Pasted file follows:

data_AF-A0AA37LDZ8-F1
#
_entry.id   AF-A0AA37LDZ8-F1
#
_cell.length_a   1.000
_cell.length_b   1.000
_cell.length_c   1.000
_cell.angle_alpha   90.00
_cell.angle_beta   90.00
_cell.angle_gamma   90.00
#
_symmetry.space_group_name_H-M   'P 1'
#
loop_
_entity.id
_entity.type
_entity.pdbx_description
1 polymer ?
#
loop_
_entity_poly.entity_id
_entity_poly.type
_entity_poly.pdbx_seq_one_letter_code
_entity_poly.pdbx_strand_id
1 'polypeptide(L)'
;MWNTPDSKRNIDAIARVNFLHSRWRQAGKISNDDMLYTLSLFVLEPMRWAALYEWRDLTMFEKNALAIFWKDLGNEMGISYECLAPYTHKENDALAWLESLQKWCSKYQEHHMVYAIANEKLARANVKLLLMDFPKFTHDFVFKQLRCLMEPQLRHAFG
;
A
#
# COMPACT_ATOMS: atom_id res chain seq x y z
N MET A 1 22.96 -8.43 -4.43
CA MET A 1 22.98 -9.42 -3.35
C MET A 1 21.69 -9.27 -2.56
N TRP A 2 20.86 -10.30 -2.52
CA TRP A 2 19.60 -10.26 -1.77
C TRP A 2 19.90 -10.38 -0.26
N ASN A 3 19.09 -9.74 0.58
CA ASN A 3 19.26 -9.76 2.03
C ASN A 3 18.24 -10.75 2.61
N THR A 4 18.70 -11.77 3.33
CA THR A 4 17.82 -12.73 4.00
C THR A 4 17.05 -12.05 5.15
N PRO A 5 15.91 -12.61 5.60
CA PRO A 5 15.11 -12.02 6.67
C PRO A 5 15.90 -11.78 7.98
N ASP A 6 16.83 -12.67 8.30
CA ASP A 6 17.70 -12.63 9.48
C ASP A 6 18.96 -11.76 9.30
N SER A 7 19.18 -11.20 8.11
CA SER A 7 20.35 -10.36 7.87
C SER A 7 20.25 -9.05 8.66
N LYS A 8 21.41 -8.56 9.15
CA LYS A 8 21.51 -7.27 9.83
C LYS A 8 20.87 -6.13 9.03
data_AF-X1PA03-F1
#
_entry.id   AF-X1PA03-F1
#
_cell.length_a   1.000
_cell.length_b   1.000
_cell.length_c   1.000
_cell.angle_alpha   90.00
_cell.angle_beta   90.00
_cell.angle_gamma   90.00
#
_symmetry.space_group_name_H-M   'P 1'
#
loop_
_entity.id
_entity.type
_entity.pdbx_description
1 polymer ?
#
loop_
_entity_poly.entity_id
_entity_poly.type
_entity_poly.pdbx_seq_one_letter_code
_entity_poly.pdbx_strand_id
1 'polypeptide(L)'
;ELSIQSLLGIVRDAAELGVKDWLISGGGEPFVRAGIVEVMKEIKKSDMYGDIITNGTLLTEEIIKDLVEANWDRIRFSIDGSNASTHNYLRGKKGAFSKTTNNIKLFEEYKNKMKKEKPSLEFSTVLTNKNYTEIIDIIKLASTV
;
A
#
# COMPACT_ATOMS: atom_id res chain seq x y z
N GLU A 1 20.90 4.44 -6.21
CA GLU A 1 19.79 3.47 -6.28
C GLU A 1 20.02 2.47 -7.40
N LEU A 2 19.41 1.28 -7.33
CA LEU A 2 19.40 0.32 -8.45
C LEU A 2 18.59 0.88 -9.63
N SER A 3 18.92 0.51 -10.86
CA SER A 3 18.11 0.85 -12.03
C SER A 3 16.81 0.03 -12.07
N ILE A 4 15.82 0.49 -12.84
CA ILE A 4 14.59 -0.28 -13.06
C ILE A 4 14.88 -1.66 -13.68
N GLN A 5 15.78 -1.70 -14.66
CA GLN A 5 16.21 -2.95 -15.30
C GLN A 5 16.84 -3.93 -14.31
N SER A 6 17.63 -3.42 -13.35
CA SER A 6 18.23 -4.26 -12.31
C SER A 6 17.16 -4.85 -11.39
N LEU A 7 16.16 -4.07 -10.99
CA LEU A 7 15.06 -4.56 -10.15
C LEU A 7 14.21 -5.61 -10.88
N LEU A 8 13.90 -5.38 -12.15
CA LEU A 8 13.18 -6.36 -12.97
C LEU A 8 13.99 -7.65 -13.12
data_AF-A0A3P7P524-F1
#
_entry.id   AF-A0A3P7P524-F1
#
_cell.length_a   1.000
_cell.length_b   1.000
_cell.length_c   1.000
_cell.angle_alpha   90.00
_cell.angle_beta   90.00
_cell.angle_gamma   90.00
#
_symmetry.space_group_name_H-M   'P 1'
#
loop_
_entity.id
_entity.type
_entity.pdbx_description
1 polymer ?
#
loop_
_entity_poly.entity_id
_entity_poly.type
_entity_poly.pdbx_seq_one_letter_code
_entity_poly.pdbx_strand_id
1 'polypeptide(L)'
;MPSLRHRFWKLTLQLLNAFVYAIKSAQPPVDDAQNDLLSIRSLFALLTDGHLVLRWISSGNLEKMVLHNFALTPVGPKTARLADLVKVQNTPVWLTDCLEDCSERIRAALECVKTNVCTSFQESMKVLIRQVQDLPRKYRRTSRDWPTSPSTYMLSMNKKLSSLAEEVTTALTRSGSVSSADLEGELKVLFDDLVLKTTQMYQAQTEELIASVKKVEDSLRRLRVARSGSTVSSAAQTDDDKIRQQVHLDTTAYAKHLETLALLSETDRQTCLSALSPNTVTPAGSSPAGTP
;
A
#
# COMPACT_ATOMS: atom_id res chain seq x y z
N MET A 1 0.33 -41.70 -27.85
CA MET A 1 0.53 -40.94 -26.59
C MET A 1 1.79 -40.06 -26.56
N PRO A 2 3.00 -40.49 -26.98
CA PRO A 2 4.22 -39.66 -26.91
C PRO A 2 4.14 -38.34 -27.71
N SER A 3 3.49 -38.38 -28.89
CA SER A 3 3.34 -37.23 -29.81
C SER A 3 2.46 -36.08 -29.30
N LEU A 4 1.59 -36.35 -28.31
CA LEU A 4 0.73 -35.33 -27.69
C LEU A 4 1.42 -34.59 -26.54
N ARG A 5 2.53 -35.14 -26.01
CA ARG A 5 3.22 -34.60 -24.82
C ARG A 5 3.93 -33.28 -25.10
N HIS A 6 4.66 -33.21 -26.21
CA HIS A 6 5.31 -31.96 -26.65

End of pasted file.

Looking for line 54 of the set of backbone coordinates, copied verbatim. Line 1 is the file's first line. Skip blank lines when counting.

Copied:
C LYS A 8 20.87 -6.13 9.03